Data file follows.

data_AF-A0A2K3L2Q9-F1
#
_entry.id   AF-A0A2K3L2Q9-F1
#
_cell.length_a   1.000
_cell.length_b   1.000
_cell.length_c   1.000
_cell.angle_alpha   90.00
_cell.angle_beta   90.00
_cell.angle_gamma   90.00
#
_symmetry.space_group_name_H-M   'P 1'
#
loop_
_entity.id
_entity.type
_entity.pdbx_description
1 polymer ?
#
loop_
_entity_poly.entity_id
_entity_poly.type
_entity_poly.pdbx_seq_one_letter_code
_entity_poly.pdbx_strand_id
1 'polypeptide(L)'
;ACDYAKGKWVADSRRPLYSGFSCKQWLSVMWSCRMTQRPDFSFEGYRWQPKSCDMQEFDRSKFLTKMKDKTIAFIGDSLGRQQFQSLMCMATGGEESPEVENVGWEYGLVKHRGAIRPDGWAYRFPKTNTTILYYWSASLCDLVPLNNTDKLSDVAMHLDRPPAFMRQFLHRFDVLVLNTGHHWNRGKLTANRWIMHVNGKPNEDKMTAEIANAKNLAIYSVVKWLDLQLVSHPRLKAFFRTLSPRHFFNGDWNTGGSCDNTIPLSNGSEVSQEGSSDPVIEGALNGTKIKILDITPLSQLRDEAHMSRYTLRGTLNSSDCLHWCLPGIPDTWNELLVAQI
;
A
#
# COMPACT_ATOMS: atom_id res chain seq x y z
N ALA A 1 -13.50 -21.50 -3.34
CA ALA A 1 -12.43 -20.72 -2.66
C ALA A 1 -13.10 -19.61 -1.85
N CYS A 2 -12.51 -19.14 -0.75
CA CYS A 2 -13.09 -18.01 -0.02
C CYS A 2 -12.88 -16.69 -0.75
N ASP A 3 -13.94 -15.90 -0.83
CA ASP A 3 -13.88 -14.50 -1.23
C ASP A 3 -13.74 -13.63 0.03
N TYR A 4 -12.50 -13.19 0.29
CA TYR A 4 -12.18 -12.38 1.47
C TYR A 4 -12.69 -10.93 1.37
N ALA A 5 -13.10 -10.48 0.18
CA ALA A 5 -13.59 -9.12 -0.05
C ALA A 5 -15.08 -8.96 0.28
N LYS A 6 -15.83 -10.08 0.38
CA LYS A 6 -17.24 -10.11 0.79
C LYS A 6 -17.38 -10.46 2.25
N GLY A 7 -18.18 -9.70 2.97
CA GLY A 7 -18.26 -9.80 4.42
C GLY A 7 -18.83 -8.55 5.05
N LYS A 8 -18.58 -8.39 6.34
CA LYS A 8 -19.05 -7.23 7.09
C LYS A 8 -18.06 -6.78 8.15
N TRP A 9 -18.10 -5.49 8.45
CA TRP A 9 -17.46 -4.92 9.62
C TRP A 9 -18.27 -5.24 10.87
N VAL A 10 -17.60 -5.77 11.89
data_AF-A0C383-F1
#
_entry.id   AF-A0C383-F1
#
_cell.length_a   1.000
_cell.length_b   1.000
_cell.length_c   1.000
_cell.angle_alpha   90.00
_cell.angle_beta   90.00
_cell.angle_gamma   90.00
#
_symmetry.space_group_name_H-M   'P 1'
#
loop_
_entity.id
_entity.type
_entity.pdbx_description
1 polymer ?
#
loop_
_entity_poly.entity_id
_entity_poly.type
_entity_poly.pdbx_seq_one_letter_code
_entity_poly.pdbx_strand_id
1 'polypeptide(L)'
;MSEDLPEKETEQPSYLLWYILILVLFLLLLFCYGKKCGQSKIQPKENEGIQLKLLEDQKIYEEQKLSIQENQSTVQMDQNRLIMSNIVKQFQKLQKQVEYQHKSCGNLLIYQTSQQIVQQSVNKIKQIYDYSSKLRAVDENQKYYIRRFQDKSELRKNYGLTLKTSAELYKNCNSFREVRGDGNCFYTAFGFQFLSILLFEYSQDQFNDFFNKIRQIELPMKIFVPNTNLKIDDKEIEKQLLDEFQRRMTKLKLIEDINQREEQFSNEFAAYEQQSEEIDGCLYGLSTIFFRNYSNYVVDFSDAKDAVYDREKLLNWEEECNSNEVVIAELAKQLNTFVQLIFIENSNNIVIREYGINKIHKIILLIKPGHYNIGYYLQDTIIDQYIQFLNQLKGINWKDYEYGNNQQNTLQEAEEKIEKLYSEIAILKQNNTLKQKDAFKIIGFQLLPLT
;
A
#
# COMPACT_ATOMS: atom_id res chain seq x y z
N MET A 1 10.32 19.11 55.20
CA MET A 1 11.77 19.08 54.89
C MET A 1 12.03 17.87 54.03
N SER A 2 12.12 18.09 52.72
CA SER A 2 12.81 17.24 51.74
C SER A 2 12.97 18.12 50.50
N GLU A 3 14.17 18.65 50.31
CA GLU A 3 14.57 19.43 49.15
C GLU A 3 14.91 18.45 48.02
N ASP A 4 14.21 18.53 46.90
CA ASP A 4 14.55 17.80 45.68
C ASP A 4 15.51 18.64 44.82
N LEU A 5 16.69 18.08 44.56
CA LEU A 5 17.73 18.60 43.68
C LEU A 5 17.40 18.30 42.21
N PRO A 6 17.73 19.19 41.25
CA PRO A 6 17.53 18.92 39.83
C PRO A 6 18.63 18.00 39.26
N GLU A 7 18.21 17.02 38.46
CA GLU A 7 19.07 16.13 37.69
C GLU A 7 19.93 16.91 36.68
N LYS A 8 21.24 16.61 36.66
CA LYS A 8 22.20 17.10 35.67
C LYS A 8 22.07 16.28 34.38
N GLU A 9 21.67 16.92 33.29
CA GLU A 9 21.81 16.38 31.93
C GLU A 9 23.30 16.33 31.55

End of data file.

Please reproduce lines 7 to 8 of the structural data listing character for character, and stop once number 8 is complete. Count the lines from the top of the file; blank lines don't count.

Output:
_cell.length_c   1.000
_cell.angle_alpha   90.00